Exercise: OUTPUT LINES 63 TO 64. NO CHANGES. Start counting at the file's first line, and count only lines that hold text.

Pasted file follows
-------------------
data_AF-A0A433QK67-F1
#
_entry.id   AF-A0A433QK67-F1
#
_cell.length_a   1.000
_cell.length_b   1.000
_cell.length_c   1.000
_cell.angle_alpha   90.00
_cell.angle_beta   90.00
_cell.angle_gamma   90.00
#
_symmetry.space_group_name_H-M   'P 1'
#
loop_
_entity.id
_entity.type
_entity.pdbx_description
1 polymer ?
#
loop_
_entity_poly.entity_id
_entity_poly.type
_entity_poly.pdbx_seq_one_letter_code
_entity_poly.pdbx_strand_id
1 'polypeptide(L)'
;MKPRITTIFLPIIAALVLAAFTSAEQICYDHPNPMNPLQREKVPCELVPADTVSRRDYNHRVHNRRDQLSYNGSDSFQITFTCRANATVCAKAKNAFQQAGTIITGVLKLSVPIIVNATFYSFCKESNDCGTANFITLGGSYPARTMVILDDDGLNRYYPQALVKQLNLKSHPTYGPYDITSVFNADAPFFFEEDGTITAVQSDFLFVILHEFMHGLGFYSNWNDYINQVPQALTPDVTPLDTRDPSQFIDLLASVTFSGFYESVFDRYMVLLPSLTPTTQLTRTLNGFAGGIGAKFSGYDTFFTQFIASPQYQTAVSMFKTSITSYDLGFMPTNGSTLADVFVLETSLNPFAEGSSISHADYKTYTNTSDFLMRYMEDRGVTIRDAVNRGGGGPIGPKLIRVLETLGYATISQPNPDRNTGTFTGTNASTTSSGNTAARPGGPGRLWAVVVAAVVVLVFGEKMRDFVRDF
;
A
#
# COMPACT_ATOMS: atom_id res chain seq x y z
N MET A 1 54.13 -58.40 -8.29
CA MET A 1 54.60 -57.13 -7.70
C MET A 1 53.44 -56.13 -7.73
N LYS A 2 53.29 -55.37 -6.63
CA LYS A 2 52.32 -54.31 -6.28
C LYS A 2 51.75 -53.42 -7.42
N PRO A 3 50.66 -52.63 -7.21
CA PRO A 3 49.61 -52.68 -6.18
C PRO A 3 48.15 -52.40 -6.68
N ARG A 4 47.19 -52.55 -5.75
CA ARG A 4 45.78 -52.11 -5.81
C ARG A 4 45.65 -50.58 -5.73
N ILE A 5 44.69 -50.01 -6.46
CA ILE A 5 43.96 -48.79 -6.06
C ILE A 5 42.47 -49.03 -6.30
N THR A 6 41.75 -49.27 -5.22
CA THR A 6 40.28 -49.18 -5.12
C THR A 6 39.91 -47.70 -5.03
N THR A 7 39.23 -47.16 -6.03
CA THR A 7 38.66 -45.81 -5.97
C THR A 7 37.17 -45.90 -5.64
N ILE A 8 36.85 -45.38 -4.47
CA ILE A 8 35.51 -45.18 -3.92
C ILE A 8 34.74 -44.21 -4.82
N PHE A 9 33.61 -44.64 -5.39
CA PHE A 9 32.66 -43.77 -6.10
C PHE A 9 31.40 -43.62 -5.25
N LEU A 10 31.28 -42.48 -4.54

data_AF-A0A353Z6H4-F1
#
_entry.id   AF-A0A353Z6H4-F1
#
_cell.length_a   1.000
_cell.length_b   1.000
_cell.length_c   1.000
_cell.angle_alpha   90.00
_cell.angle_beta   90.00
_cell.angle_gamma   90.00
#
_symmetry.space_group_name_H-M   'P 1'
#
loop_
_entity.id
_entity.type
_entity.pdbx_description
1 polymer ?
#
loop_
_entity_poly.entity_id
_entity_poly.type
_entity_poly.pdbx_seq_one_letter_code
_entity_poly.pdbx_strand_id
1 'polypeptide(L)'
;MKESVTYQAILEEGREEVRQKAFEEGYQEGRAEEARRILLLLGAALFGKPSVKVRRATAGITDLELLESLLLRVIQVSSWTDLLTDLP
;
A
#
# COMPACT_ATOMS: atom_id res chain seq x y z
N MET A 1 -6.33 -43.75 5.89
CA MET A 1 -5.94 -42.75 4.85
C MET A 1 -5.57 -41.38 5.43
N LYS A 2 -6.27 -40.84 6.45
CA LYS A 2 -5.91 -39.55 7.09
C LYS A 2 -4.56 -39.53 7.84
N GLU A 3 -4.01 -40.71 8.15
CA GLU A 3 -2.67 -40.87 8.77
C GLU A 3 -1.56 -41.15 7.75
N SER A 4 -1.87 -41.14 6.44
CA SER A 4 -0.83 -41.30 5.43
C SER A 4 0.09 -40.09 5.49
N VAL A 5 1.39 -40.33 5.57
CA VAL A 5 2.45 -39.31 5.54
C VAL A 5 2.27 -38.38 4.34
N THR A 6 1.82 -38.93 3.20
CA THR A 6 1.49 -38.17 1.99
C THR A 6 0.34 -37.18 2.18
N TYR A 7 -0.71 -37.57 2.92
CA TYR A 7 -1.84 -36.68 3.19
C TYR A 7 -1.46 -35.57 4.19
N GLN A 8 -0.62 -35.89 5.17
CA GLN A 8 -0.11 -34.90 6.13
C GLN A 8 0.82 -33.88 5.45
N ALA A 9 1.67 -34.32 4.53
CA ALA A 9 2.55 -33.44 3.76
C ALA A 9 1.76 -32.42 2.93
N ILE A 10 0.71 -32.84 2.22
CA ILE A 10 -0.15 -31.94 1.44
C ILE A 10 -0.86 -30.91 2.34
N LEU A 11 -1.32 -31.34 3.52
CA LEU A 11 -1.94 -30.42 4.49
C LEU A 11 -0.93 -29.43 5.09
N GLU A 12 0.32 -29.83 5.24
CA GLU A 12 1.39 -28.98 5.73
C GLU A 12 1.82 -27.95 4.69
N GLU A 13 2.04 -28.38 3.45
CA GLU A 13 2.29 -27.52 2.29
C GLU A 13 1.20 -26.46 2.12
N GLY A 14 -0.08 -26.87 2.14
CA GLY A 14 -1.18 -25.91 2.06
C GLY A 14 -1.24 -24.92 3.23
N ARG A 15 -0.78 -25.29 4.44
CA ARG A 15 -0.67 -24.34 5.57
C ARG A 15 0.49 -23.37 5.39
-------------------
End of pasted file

_cell.length_a   1.000
_cell.length_b   1.000